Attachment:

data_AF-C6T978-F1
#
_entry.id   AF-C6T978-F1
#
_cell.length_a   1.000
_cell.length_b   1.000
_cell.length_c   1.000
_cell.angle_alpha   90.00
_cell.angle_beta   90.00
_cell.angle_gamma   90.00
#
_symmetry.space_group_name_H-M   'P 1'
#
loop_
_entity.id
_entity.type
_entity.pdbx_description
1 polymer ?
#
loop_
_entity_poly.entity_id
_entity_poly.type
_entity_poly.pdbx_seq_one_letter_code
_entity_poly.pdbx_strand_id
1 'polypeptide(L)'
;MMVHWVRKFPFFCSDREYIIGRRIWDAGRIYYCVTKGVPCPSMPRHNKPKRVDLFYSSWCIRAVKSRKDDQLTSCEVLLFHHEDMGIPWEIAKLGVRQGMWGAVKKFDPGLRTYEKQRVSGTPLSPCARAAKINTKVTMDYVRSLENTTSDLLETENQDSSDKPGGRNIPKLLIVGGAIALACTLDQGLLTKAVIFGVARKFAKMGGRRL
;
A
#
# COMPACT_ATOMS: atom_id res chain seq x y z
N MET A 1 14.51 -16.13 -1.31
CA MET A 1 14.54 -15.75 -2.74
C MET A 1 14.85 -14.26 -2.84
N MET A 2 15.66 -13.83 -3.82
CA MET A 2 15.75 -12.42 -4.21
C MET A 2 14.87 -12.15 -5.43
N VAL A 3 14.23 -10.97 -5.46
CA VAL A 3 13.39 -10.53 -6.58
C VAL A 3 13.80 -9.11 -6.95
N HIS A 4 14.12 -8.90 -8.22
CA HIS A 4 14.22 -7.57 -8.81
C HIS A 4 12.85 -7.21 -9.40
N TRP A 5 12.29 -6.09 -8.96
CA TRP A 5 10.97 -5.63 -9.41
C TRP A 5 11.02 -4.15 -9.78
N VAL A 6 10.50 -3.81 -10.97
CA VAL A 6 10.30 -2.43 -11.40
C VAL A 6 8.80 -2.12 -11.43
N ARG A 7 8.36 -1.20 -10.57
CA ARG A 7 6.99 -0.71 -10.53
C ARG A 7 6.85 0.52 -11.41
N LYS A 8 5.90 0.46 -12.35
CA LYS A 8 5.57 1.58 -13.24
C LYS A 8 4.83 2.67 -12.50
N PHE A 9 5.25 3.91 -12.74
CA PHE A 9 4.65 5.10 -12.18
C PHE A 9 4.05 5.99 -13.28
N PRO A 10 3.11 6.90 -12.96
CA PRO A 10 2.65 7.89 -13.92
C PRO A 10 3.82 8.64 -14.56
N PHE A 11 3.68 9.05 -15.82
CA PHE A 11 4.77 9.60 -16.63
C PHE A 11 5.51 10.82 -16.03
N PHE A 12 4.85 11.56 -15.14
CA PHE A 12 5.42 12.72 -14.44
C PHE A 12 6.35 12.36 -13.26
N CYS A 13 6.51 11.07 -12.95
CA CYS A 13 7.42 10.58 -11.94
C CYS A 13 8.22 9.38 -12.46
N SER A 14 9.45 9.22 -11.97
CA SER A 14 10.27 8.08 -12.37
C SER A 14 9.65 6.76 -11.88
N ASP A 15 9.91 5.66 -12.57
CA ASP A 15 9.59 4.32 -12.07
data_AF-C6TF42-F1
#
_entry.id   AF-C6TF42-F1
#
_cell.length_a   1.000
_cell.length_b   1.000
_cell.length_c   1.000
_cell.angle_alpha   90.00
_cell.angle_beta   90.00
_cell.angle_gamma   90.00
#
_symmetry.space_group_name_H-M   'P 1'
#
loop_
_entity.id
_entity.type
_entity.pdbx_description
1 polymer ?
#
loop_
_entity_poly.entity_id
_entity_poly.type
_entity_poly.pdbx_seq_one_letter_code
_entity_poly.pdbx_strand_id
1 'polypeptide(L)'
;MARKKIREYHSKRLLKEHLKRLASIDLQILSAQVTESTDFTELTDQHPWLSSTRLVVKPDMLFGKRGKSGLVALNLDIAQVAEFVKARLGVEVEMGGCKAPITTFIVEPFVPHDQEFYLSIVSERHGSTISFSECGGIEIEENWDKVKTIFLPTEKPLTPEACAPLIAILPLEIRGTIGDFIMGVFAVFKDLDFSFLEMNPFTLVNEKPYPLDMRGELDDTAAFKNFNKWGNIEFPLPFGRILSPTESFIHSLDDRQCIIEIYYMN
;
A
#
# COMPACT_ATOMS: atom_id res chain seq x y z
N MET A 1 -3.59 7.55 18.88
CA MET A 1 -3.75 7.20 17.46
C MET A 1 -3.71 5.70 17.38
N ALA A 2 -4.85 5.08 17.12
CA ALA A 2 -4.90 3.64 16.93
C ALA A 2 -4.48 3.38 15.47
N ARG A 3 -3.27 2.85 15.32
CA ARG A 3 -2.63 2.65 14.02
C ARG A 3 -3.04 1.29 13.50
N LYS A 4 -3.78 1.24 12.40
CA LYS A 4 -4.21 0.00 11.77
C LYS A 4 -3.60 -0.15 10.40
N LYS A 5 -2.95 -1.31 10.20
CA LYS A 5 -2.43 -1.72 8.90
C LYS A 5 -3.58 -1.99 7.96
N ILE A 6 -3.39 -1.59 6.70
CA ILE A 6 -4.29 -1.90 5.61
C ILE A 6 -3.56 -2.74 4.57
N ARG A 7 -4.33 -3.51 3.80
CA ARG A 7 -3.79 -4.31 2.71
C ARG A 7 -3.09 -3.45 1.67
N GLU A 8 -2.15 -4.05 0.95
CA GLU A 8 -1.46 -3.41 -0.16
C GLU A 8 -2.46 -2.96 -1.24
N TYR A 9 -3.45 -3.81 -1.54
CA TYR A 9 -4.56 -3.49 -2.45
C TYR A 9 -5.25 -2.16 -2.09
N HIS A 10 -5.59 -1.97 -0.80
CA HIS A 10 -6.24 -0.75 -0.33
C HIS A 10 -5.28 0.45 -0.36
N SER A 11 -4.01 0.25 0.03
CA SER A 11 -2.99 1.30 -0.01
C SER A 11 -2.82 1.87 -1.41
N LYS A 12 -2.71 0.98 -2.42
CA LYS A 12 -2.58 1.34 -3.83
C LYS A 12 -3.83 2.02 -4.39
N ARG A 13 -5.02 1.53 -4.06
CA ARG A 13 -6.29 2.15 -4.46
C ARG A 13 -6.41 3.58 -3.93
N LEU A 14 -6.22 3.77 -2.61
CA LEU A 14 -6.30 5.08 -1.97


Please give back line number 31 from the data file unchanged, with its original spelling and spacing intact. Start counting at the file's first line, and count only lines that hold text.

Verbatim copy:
N MET A 1 14.51 -16.13 -1.31